07.How has your comedy style evolved since you first began performing?

It’s taller, but also hairier.

08.What has been the biggest audience you have played too? Was the experience exciting or scary?

600 and yes very scary and very exciting. Both. Like a horror film.

09. What stands out as the worst gig of your career and why?

Comedy Store, 2009. I wasn’t funny and also I’d dressed up too much and was all uncomfortable. And my Mum was there. I played to piteous titters and then got a heckle that rather than dealing with in a funny way I simply stopped talking and just stood there in silence, visibly letting it hurt me. Then a technician backstage told me she found my deep voice confusing and that I should get rid of it. I explained it was just my voice and if I didn’t use it I wouldn’t be being me and she said “it would be better though.” Then I cried just as I walked into a couple of agents there to see me but never spoke to me since and my Mum has begged me ever since to become a teacher because she worries that choosing to be a stand up as a career is essentially condemning yourself to a lifetime of severe psychological self-harm. Ha ha ha. Ahhh.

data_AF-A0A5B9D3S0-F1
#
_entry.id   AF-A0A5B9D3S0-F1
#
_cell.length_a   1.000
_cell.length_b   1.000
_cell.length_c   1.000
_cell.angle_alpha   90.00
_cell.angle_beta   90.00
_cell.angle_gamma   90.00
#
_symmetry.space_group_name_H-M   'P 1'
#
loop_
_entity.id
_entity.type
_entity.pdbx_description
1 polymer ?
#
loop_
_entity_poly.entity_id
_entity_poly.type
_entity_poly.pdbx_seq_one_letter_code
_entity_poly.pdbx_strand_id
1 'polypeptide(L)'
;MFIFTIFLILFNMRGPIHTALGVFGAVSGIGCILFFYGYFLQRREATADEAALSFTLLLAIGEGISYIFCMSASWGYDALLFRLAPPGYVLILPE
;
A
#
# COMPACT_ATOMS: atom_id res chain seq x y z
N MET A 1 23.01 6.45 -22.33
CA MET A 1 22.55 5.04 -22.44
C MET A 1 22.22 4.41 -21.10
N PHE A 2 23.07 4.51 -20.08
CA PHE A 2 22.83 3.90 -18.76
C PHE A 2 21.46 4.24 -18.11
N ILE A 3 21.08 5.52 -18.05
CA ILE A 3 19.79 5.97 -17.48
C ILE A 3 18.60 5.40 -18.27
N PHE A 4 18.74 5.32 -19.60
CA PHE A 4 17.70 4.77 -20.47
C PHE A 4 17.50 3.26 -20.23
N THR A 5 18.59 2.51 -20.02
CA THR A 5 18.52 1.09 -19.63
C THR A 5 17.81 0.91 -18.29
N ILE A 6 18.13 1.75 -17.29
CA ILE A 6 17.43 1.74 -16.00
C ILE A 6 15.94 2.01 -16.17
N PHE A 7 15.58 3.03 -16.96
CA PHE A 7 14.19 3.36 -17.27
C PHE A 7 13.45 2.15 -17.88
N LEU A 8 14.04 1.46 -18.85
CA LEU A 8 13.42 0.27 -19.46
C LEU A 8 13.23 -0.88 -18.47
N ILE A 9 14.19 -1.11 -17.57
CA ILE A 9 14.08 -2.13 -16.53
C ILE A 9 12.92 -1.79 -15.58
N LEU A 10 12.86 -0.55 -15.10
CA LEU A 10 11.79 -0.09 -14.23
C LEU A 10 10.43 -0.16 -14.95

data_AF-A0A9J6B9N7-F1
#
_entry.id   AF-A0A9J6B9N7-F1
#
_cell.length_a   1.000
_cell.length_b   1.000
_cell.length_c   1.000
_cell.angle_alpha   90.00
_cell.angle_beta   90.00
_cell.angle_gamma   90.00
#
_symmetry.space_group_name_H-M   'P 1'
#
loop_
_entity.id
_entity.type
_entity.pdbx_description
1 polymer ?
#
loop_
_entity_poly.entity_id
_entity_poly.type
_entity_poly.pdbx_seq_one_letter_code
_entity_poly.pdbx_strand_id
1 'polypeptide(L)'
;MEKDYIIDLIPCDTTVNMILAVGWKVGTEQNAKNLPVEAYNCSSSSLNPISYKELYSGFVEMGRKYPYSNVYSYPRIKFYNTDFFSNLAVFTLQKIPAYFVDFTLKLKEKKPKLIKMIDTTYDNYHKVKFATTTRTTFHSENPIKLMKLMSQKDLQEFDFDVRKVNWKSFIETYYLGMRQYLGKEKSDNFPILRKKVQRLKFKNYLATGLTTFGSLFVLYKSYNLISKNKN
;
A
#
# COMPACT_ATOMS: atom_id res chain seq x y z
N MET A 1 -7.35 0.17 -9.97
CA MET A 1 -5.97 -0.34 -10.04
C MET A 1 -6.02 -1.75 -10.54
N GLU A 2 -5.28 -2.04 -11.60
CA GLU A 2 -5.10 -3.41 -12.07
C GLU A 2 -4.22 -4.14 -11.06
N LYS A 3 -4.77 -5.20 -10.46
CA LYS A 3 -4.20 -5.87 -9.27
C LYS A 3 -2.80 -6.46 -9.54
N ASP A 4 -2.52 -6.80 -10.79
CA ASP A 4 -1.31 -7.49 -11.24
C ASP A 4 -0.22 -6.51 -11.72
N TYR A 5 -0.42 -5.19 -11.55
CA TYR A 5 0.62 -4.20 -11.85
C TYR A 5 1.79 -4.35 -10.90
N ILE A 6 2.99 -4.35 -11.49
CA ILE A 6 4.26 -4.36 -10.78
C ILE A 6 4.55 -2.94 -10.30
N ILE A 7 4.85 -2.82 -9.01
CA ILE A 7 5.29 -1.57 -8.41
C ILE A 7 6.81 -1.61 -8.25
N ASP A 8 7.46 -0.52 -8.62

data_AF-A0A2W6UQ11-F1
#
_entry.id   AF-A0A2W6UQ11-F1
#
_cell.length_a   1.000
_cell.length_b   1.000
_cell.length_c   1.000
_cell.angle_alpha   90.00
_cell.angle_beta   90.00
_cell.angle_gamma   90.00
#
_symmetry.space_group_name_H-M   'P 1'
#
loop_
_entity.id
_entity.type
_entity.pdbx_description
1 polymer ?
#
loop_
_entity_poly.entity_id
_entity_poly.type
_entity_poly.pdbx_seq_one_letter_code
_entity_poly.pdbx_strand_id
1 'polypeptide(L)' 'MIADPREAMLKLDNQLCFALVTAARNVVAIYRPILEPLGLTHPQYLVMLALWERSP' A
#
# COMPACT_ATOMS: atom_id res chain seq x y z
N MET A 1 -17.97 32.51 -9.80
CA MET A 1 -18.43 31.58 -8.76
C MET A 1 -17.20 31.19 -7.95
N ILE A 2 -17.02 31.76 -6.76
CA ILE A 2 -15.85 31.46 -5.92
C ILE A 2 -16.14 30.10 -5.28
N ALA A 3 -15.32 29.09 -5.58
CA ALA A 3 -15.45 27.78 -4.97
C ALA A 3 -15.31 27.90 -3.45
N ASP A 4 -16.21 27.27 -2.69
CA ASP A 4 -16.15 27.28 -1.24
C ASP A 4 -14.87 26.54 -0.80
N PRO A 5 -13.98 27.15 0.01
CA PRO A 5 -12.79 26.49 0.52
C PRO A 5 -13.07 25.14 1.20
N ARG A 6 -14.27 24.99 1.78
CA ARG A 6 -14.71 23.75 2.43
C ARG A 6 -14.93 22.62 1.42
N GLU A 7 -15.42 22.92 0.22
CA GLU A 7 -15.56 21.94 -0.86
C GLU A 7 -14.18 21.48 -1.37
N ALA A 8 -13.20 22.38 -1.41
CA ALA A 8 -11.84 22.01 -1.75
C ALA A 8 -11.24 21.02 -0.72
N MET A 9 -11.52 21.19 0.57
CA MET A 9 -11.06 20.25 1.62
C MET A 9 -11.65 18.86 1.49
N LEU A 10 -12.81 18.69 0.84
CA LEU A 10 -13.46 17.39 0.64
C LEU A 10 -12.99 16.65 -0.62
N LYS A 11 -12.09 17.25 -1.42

10. Any current comedians or acts that you feel seem to be producing the goods?

Absolutely loads, I will invariably miss people and I’m not even going to bother listing any famouses but acts you might not have heard of yet who I think are stunning funny and you will hopefuly have done at some point/ ought to google/ follow etc. include: Amir Koshakan, Hal Branson, Bobby Mair, Mick Ferry, Twayna Mayne, Danny Ward,oh, there’s loads.

11. Who would be the partner of your choice if you had to be a double act? Living or dead allowed.

Dawn French. She fills my heart with joy.

12 . What should we be expecting from you in the near future?